tots bots reusable cloth nappy

Common questions about reusable nappies


  1. How many nappies will I need?


You only need ONE reusable nappy to get started, and that one nappy will make a huge difference to landfill waste. Just using one reusable nappy a day would save over 900 disposable nappies from landfill per baby approximately.  However, to go full time you will need anything from 15 – 30 nappies.  The wide variance in number comes down to the frequency of nappy changes and how often you want to wash them.  If you want to go longer between washes (up to two days), then you will want to build up your stash to nearer 30 nappies.  If you are happy washing at the end of each day, then you can get by with nearer to 15.   My suggestion is to try starting with five reusable nappies, which is usually enough to go a full day, and then build your stash from there.


  1. What happens to the poo?


The poo question always comes up! First of all, before your baby starts on solid foods, their poo will be water soluble and can go straight in the washing machine. This is why you need that all important pre rinse on the wash to remove the worst of the soiling.  (You may find with babies that are combi or formula fed, that their poo is slightly more solid and needs to be flushed down the toilet a little before washing).  During and after weaning, poo becomes a bit more messy! The thing is though, poo is something you will have to deal with whether in cloth or not.  Once it starts becoming more chunky, you will need to dispose of as much as you can down the toilet – using either a spray, a knife / spatula, tissue, or anything else that you think will work well.  I personally used to use the shower to spray into a bucket, then flush away the water, but these days I just get as much as I can off with some toilet paper and that works just as well.  It really depends on you, your baby, and your bathroom set up as to what will work best.  The washing machine will do the rest!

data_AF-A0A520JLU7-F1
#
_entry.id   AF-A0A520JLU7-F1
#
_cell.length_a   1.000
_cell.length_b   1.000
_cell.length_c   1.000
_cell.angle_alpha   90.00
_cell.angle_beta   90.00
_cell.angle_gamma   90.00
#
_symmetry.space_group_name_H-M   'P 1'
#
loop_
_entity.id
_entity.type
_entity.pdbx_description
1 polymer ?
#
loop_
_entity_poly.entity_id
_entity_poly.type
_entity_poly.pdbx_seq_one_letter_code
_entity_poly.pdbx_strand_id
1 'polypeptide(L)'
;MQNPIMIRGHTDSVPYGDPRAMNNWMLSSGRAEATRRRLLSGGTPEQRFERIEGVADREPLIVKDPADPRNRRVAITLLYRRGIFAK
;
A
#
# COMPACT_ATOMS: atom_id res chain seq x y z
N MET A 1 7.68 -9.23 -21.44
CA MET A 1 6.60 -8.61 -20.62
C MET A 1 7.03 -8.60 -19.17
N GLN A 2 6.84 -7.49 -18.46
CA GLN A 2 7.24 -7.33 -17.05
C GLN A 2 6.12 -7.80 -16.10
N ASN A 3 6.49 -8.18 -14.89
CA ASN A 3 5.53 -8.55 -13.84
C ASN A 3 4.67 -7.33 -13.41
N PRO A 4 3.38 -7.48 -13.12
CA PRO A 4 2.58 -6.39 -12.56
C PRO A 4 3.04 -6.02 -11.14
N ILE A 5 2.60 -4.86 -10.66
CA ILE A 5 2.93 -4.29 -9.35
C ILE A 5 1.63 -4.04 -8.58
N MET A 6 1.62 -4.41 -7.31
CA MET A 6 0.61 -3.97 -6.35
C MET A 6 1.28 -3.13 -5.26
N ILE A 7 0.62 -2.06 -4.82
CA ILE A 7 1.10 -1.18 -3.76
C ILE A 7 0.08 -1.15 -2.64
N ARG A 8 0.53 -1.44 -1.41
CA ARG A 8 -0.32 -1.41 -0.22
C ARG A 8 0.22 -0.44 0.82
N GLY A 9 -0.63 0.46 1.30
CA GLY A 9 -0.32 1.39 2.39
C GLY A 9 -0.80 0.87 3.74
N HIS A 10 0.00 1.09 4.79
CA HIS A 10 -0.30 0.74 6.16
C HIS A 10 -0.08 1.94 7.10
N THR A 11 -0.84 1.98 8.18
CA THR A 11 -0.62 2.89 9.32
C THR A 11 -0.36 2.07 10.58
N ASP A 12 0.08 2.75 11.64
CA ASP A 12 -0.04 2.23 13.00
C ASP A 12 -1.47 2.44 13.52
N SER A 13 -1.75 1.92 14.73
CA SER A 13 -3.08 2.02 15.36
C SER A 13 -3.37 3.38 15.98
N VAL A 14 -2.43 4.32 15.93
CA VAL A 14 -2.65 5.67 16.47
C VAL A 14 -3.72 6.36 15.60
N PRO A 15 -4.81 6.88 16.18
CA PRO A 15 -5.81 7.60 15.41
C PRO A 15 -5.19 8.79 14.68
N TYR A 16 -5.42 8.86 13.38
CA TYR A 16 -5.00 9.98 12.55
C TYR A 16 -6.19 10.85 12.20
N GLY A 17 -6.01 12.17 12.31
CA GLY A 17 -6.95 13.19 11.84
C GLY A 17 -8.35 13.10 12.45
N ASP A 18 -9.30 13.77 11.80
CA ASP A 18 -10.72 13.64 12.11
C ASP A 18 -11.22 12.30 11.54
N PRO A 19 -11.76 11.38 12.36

1. How to store reusable nappies when dirty?


You can use a number of methods for storing dirty nappies.  Either a holy laundry basket that allows airflow, a lidded bucket to keep out any curious pets (!), or a zipped wet bag.  I think wet bags are great as they can be put straight into the machine on wash day, are easily transported when travelling, and great for the change bag.  Be mindful when using buckets and baskets that they will need to be cleaned between washes. 


  1. What about when you are out and about?


The best thing is probably to first try using cloth at home and then take them out when you are ready, although there really is not much to it and its really no more daunting than using disposable with a brand new baby – if it is all you know it is all you know! The greatest thing about reusable when out and about is that they can be a great conversation starter – perfect for meeting other likeminded parents when at baby groups.  The next best thing is that you will not have to experience half as many ‘poosplosions’ – a standard experience for disposable nappies – reusables are much better at holding in the poop.